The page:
Thursday, August 09, 2012

"Average" tournament chips

A few years ago I wrote about my observation that having an "average" stack in a poker tournament puts one ahead of more than half of the field, which, on first blush, is a counterintuitive proposition. See here and here for the full explanation, along with examples taken from chip counts at the World Series of Poker to illustrate the point.


I have continued to notice this phenomenon while playing online poker ever since writing those two posts. The tournament lobbies make it trivially easy to see where one stands relative to the current average and, at the same time, figure out where one's chip stack ranks relative to all of the other players.

Every time I have checked, without a single exception, has confirmed the rule that I discovered long ago: The mean chip stack size is always greater than the median chip stack size. If you have an average (mean) stack, you are ahead of more people than you are behind. If you are at the median (i.e., there are just as many players with bigger stacks than yours as there are players with smaller stacks than yours; this is usually impossible to know in a live tournament, but easy online), then you have a below-average stack.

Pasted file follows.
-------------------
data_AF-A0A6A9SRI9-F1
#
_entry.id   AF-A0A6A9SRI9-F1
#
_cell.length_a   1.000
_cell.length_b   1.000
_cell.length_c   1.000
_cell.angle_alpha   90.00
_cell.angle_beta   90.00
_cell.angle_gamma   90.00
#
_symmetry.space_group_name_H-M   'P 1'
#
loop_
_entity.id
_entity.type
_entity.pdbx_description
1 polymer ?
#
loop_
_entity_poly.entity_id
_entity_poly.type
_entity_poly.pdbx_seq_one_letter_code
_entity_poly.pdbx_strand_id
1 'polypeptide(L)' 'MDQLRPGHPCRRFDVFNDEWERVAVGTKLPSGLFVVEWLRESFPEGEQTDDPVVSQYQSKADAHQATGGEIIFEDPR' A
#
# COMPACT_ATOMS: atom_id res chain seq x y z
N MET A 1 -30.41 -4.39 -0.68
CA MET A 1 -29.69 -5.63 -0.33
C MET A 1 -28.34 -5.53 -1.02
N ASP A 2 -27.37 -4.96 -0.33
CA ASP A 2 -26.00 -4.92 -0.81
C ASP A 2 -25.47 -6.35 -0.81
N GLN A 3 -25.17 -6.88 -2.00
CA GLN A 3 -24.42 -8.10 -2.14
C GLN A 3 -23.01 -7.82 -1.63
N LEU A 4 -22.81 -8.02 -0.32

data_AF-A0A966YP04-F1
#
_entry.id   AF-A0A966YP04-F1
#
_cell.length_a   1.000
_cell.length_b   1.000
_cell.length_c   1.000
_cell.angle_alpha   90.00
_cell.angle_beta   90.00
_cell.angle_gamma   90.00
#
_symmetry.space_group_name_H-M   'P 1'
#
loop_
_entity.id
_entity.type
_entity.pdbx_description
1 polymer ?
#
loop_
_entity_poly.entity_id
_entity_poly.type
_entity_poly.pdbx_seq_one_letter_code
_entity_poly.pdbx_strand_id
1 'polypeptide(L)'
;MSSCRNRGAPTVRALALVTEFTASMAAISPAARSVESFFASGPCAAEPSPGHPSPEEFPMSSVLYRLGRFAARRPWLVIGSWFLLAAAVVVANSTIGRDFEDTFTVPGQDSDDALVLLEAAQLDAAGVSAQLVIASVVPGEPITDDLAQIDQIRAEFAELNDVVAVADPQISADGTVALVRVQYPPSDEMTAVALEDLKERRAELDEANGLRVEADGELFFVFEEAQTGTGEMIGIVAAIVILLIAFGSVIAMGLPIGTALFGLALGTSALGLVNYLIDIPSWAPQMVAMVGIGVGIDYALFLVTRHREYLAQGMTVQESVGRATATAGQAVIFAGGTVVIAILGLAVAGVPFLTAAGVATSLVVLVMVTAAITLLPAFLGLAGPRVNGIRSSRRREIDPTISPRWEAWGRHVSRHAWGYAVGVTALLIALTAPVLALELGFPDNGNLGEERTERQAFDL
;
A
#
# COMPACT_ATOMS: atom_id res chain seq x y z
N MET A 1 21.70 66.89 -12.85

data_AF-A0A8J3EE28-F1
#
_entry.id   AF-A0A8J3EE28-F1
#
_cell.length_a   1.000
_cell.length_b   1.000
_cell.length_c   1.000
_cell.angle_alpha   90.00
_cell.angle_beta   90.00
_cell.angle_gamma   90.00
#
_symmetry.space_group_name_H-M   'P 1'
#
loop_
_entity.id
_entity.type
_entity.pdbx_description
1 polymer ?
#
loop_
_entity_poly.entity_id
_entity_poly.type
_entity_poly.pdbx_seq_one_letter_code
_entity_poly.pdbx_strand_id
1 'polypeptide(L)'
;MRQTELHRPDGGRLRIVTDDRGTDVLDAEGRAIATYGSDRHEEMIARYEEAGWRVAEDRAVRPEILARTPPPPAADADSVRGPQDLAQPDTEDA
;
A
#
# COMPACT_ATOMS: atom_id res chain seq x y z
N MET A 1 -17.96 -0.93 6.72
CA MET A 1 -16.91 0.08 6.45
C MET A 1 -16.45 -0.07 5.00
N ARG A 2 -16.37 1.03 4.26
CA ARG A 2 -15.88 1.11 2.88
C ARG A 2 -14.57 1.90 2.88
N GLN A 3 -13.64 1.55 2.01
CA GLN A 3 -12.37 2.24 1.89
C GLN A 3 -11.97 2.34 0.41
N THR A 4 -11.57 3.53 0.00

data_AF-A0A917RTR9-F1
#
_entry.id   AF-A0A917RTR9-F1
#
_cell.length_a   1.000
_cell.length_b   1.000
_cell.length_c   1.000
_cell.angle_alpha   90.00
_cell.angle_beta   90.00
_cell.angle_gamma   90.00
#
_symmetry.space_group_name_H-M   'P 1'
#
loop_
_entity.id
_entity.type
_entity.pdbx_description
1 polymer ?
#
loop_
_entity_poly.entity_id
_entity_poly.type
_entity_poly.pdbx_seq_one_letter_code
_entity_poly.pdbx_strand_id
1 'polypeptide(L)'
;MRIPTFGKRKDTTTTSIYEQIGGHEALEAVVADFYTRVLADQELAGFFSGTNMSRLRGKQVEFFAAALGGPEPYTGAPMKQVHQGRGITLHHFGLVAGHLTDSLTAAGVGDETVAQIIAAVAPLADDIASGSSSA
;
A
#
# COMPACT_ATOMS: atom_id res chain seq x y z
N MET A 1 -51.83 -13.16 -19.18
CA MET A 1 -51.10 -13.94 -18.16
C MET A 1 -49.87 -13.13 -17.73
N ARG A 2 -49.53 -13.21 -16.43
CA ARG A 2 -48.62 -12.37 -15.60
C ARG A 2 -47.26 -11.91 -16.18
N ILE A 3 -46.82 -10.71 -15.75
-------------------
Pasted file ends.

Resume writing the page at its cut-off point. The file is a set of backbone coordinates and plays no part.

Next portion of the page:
Here are two recent examples that demonstrate the point:


In the shot above, you can see that I exactly define the median; 50 players have more chips than I do, and 50 have fewer. But my stack, at 3535 chips, is significantly below the average, shown as 3979.




Conversely, in this shot you can see that I have a chip stack that is almost exactly at the current tournament average, but I am ahead of more than half of the field. (The difference is small because it's such a small field.)

The point is this: When you see that you have a stack that is at or near the current average for the tournament, it doesn't imply what you would tend to think. It means that you are ahead of most of the field.

2 comments:

DavidCF said...

I have been saying for years that the stat should be given as the median chip stack, instead of the mean. I think that'd be much more useful.

ASG said...

Unless you are looking at where you're at for cashing purposes, mean is more important than median, IMO. those guys at the bottom are likely going to be knocked out soon. If you look at median stack, it will jump in large numbers as those people get knocked out. You're trying to win/make the final table, not finish in the top 25% but out of the money.